The sample code used in this post can be found here.
For either scheduled WebJob instance or on-demand WebJob instance, it’s just a console application that we’re not dealing with. However, when we look at the continuous running WebJob instance, it will be a different story. Let’s have a look at the basic WebJob code.
This is the main WebJob host entry. Within the
Main() method, it creates the
JobHostConfiguration instance and
JobHost instance for a WebJob application that is continuously running. This is the actual WebJob function.
As we can see, it has the
static modifier, which make us hard to test. We can use the service locator pattern for this
static method to cope with testability like Azure Function triggers. However, this should only apply when the service locator is the only option. Luckily, Azure WebJobs provides an interface called
IJobActivator, which helps us easily integrate WebJob with an IoC container. WebJobActivator.Autofac is one of implementations of the
IJobActivator with Autofac. Let’s have a look how the NuGet package has implemented the interface.
DISCLAIMER: I am the author of the NuGet package, WebJobActivator.Autofac.
When we decompile the
IJobActivator interface, we see that it contains only one method
CreateInstance(), which is insufficient for any IoC container library because we need to register dependencies beforehand. Therefore, we need to extend the interface, called
IWebJobActivator. The new interface declares another method,
RegisterDependencies(THandler handler = default(THandler)).
RegistrationHandler class is optional, so we can omit it for actual implementation. But the handler is rather useful for unit testing. We’ll touch this later in this post. Here’s the abstract class that implements
As we can see, the implemented method barely does registration. We need an IoC container library here.
Integrating with Autofac
Now, let’s implement the extended interface with Autofac. Here’s the actual implementation:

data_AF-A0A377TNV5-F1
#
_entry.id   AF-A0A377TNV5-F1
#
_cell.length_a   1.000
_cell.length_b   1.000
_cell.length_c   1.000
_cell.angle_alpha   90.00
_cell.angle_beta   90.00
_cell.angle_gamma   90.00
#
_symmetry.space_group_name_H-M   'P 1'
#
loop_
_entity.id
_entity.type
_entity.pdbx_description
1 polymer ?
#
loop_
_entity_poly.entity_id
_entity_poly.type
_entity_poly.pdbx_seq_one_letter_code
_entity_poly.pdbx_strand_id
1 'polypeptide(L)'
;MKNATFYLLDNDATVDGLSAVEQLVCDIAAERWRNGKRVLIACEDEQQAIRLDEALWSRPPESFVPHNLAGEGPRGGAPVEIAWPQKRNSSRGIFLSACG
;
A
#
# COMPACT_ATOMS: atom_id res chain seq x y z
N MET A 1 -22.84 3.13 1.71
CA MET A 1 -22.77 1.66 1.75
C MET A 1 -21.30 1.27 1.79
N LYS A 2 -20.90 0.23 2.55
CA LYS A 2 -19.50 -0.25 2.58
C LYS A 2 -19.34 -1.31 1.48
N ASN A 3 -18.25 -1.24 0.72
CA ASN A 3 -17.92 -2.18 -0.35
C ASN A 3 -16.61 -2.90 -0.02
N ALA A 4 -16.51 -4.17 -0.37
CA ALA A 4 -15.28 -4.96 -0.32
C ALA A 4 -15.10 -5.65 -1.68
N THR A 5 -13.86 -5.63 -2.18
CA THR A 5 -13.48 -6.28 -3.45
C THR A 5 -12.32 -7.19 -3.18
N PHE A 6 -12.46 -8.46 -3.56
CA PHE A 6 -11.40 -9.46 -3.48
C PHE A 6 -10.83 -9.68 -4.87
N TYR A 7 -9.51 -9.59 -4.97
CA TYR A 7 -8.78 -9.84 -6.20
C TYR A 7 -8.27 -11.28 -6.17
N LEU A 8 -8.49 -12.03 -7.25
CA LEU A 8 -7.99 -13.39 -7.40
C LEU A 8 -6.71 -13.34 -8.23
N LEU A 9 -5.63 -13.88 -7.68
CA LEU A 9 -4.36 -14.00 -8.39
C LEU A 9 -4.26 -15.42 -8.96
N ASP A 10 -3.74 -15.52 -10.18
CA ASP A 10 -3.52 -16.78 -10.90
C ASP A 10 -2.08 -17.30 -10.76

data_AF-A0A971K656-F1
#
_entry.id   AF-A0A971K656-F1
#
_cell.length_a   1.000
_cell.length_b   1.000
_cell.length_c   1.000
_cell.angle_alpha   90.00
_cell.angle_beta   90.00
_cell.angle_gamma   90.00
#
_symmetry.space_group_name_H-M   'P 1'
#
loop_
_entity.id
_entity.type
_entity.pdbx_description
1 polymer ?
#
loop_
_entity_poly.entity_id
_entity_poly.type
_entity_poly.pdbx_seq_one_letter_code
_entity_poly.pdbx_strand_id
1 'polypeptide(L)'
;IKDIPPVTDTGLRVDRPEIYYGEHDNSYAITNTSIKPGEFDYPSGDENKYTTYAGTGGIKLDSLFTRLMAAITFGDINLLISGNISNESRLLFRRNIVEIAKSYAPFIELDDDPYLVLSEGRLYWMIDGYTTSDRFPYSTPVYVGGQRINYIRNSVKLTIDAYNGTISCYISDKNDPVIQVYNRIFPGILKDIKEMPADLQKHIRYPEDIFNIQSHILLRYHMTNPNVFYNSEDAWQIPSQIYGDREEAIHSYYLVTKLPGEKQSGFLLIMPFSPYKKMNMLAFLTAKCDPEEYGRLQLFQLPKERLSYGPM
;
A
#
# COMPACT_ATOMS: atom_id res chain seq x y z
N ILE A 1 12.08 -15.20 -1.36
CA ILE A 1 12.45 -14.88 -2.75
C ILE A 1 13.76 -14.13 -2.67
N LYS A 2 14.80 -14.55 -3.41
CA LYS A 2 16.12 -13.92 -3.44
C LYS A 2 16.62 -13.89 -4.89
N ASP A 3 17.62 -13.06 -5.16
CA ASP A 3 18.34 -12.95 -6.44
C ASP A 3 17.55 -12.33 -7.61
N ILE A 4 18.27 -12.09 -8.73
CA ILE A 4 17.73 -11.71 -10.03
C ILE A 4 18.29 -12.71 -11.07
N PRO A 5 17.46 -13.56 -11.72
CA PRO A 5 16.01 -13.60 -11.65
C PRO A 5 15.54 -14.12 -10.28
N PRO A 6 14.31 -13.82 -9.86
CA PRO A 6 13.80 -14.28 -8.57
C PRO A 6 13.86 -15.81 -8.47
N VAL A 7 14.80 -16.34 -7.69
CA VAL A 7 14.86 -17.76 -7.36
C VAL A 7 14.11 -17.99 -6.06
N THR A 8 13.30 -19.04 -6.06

With Autofac, the
AutofacJobActivator does actual dependencies registration process. One of the most powerful features that Autofac offers is
Module. We can register dependencies by grouping as a module. For our purpose, the
RegistrationHandler can be a perfect place to implement this module. Here’s the handler implementations:
As we can see,
AutofacRegistrationHandler implements a property of
Action to register a module. Here’s the sample module:
We’re all set. Let’s change the
Program.cs to apply
Main() method can be modified like this:
Inside the method, we instantiate
AutufacRegistrationHandler and register
AutofacJobActivator and register dependencies using the handler, and add the activator to
JobHostConfiguration. Now, we can finally remove all the
static modifier from the function class:
So far, we’ve extended
IWebJobActivator and implemented
AutofacJobActivator to configure
JobHost. However, I’m still not happy because there are two instances remain tightly coupled within the
Main() method –
JobHost. We also need to decouple those two instances.
JobHostConfigurationBuilder is basically a wrapper class of
JobHostconfiguration, with a fluent method,
AddConfiguration(Action). Let’s have a look.
This builder class gets the activator instance as a parameter and internally creates an instance of the
JobHostConfiguration. Now, we’ve got
JobHostConfiguration decoupled. Let’s move on.
This is the last step.
JobHostBuilder is another wrapper class of
JobHost and here’s the implementation.
Nothing special. It gets the
JobHostConfigurationBuilder, internally creates a
JobHostConfiguration instance, create a
JobHost instance, and run the host instance. This now needs to be integrated with Autofac like:
AutofacJobHostBuilder accepts Autofac’s module instance which help register dependencies. We’ve all set now. Let’s make another change on the
Putting Them Altogether
This is the final version of
Program.cs with full testability.
As a static property,
WebJobHost gets the
AutofacJobHostBuilder class with dependencies and additional configurations. After that, within the
Main() method, it builds JobHost and runs the instance. While performing unit tests, this
Program.cs can be also testable by mocking and injecting a dependency of
So far, we’ve walked through how an Azure WebJob application can be written by being decoupled and considering testability. With this approach, we don’t even need to run Storage Emulator in our local environment for testing. Happy coding!